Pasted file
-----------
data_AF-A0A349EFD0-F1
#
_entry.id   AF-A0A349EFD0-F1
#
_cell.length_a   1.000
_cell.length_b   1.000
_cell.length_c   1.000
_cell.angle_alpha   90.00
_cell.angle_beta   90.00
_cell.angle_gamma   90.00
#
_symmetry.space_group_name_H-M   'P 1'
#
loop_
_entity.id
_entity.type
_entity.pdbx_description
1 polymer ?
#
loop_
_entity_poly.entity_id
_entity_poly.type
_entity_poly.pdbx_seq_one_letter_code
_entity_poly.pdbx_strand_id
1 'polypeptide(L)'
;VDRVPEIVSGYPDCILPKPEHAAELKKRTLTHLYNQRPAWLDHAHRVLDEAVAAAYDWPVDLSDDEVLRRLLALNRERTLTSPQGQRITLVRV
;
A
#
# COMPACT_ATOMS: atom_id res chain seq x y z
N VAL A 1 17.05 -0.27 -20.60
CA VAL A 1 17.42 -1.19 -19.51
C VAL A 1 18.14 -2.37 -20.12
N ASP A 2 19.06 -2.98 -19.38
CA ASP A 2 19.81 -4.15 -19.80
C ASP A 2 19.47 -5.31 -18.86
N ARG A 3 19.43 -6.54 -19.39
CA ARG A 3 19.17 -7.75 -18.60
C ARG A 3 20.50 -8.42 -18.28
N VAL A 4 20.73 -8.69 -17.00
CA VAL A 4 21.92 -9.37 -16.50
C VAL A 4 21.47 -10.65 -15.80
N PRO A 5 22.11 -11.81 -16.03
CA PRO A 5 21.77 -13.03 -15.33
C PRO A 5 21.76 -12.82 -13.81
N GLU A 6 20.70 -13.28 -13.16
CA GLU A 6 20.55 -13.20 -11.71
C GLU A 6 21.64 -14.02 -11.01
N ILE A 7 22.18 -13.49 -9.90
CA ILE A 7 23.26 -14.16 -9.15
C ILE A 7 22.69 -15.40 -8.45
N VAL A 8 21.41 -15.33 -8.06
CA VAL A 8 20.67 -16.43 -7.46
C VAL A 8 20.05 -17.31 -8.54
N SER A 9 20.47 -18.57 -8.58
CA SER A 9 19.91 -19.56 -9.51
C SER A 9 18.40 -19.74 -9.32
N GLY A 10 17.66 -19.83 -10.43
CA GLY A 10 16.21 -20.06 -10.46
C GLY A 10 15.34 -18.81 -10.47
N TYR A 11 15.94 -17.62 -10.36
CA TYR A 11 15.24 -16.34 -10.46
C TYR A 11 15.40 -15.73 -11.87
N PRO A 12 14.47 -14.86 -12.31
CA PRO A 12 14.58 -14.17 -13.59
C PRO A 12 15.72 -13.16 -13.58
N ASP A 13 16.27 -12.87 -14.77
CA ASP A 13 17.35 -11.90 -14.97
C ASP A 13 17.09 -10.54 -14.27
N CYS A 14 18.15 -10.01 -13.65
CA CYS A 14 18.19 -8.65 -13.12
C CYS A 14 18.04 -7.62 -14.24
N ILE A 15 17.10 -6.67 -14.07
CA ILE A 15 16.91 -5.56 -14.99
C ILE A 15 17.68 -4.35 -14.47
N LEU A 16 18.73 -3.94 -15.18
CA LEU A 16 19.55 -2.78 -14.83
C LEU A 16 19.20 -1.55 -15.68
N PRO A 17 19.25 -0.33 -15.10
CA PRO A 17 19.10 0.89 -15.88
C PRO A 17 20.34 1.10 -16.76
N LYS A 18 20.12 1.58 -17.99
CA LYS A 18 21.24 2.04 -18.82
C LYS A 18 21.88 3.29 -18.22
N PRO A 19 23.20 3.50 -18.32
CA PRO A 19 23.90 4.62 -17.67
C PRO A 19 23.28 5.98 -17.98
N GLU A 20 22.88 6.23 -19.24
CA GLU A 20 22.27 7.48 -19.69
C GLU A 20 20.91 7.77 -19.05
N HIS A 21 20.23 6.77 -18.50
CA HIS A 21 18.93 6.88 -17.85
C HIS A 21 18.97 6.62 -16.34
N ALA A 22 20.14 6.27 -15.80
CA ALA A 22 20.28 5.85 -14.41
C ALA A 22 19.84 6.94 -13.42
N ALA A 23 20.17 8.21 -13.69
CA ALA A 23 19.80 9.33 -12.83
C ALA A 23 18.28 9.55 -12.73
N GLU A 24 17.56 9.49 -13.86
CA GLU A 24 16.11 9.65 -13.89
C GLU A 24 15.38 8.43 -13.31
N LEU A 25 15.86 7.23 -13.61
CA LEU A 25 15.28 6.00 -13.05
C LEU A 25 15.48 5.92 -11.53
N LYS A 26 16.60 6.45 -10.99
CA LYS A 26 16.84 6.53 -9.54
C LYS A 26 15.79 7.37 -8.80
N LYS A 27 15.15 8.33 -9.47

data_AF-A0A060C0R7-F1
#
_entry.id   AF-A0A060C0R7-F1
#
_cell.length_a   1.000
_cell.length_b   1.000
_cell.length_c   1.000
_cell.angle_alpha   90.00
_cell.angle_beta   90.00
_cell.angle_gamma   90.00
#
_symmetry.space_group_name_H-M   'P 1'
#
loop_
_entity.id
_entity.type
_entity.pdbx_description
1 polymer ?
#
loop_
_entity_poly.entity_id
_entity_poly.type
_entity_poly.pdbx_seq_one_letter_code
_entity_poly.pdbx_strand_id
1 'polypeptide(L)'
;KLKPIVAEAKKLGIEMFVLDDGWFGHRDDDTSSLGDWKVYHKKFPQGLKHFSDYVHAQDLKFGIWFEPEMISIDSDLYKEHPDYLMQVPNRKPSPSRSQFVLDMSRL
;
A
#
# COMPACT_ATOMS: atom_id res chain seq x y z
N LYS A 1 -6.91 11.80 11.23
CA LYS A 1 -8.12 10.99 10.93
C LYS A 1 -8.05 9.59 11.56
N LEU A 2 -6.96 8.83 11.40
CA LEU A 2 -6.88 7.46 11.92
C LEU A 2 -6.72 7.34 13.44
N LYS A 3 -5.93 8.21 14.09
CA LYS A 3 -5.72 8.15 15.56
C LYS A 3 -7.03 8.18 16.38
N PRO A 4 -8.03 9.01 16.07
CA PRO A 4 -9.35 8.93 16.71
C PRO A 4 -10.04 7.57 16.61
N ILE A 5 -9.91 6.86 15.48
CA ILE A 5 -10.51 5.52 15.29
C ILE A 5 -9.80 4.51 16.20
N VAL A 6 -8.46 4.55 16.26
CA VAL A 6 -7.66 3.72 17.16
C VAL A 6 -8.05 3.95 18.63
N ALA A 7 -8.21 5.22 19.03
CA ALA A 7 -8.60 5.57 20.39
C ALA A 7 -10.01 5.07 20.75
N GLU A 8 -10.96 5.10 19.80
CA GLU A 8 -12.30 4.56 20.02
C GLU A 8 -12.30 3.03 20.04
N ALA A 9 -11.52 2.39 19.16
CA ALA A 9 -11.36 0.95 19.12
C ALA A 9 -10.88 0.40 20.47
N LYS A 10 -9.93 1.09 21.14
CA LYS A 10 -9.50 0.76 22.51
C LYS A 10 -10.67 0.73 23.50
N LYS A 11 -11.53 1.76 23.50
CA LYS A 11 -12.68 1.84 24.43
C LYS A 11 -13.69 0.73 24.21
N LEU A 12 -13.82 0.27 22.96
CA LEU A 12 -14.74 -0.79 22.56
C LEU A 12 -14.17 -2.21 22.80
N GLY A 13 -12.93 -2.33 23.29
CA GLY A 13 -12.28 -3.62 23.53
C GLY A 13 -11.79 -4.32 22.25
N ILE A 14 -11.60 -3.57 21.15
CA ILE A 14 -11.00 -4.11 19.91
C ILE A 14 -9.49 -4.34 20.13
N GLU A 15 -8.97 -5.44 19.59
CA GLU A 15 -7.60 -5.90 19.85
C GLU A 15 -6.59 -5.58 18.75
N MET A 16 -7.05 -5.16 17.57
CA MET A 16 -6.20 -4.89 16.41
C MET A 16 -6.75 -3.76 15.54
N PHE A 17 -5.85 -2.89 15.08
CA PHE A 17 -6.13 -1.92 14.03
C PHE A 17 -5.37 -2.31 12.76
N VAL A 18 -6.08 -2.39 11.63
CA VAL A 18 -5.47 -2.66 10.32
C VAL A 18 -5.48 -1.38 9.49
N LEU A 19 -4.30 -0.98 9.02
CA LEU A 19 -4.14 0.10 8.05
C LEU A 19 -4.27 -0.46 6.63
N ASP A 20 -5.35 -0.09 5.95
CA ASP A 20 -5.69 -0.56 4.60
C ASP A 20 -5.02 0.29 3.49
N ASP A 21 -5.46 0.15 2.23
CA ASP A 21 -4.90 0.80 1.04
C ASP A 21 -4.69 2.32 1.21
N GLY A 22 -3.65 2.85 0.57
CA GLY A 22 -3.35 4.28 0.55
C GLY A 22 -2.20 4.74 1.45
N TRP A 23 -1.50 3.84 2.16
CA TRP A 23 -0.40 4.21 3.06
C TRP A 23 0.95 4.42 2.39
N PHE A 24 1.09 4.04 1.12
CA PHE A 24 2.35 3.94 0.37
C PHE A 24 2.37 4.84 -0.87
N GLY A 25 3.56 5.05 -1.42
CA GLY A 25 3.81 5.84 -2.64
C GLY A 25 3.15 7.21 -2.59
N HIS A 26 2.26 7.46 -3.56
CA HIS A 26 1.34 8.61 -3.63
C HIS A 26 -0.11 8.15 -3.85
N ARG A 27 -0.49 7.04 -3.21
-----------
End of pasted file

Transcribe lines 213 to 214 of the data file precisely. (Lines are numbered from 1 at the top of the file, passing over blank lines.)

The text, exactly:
CA GLY A 25 3.81 5.84 -2.64
C GLY A 25 3.15 7.21 -2.59